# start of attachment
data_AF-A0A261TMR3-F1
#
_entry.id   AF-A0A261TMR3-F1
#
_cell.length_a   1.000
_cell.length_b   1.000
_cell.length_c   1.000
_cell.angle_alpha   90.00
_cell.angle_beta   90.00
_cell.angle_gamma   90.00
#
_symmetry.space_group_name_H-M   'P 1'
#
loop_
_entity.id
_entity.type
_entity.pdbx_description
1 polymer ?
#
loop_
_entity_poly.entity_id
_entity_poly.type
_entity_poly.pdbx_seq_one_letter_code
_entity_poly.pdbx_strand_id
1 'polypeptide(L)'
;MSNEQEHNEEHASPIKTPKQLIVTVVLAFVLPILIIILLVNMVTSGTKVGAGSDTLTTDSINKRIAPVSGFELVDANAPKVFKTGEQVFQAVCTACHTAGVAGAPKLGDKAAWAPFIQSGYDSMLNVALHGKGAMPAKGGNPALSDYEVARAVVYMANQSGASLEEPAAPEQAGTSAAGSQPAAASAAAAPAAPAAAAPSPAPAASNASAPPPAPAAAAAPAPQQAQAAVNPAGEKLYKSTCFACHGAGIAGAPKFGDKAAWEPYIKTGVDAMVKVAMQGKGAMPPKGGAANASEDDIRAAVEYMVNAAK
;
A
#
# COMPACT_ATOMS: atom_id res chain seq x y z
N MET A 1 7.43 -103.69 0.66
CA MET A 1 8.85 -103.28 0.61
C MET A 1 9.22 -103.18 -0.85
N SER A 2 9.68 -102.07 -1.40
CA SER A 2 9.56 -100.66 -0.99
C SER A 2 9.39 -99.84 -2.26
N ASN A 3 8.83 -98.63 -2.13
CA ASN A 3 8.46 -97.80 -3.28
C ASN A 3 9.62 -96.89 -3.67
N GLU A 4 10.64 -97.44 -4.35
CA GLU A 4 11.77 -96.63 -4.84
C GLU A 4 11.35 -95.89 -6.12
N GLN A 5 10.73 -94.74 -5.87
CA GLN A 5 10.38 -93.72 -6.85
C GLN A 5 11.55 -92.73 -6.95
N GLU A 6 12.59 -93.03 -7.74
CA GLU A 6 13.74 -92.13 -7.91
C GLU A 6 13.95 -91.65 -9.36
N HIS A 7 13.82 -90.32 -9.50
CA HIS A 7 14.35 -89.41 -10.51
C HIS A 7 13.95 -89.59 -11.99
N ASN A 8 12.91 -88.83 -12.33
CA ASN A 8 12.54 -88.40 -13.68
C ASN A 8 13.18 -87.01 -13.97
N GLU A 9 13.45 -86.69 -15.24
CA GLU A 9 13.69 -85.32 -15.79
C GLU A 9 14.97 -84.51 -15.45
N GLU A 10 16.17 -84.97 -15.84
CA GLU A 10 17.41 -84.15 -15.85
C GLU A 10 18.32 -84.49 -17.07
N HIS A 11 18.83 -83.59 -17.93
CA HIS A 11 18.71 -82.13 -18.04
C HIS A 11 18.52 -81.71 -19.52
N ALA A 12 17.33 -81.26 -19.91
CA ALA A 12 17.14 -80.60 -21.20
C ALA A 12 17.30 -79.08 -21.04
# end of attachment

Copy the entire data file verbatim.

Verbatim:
data_AF-A0A261TMR3-F1
#
_entry.id   AF-A0A261TMR3-F1
#
_cell.length_a   1.000
_cell.length_b   1.000
_cell.length_c   1.000
_cell.angle_alpha   90.00
_cell.angle_beta   90.00
_cell.angle_gamma   90.00
#
_symmetry.space_group_name_H-M   'P 1'
#
loop_
_entity.id
_entity.type
_entity.pdbx_description
1 polymer ?
#
loop_
_entity_poly.entity_id
_entity_poly.type
_entity_poly.pdbx_seq_one_letter_code
_entity_poly.pdbx_strand_id
1 'polypeptide(L)'
;MSNEQEHNEEHASPIKTPKQLIVTVVLAFVLPILIIILLVNMVTSGTKVGAGSDTLTTDSINKRIAPVSGFELVDANAPKVFKTGEQVFQAVCTACHTAGVAGAPKLGDKAAWAPFIQSGYDSMLNVALHGKGAMPAKGGNPALSDYEVARAVVYMANQSGASLEEPAAPEQAGTSAAGSQPAAASAAAAPAAPAAAAPSPAPAASNASAPPPAPAAAAAPAPQQAQAAVNPAGEKLYKSTCFACHGAGIAGAPKFGDKAAWEPYIKTGVDAMVKVAMQGKGAMPPKGGAANASEDDIRAAVEYMVNAAK
;
A
#
# COMPACT_ATOMS: atom_id res chain seq x y z
N MET A 1 7.43 -103.69 0.66
CA MET A 1 8.85 -103.28 0.61
C MET A 1 9.22 -103.18 -0.85
N SER A 2 9.68 -102.07 -1.40
CA SER A 2 9.56 -100.66 -0.99
C SER A 2 9.39 -99.84 -2.26
N ASN A 3 8.83 -98.63 -2.13
CA ASN A 3 8.46 -97.80 -3.28
C ASN A 3 9.62 -96.89 -3.67
N GLU A 4 10.64 -97.44 -4.35
CA GLU A 4 11.77 -96.63 -4.84
C GLU A 4 11.35 -95.89 -6.12
N GLN A 5 10.73 -94.74 -5.87
CA GLN A 5 10.38 -93.72 -6.85
C GLN A 5 11.55 -92.73 -6.95
N GLU A 6 12.59 -93.03 -7.74
CA GLU A 6 13.74 -92.13 -7.91
C GLU A 6 13.95 -91.65 -9.36
N HIS A 7 13.82 -90.32 -9.50
CA HIS A 7 14.35 -89.41 -10.51
C HIS A 7 13.95 -89.59 -11.99
N ASN A 8 12.91 -88.83 -12.33
CA ASN A 8 12.54 -88.40 -13.68
C ASN A 8 13.18 -87.01 -13.97
N GLU A 9 13.45 -86.69 -15.24
CA GLU A 9 13.69 -85.32 -15.79
C GLU A 9 14.97 -84.51 -15.45
N GLU A 10 16.17 -84.97 -15.84
CA GLU A 10 17.41 -84.15 -15.85
C GLU A 10 18.32 -84.49 -17.07
N HIS A 11 18.83 -83.59 -17.93
CA HIS A 11 18.71 -82.13 -18.04
C HIS A 11 18.52 -81.71 -19.52
N ALA A 12 17.33 -81.26 -19.91
CA ALA A 12 17.14 -80.60 -21.20
C ALA A 12 17.30 -79.08 -21.04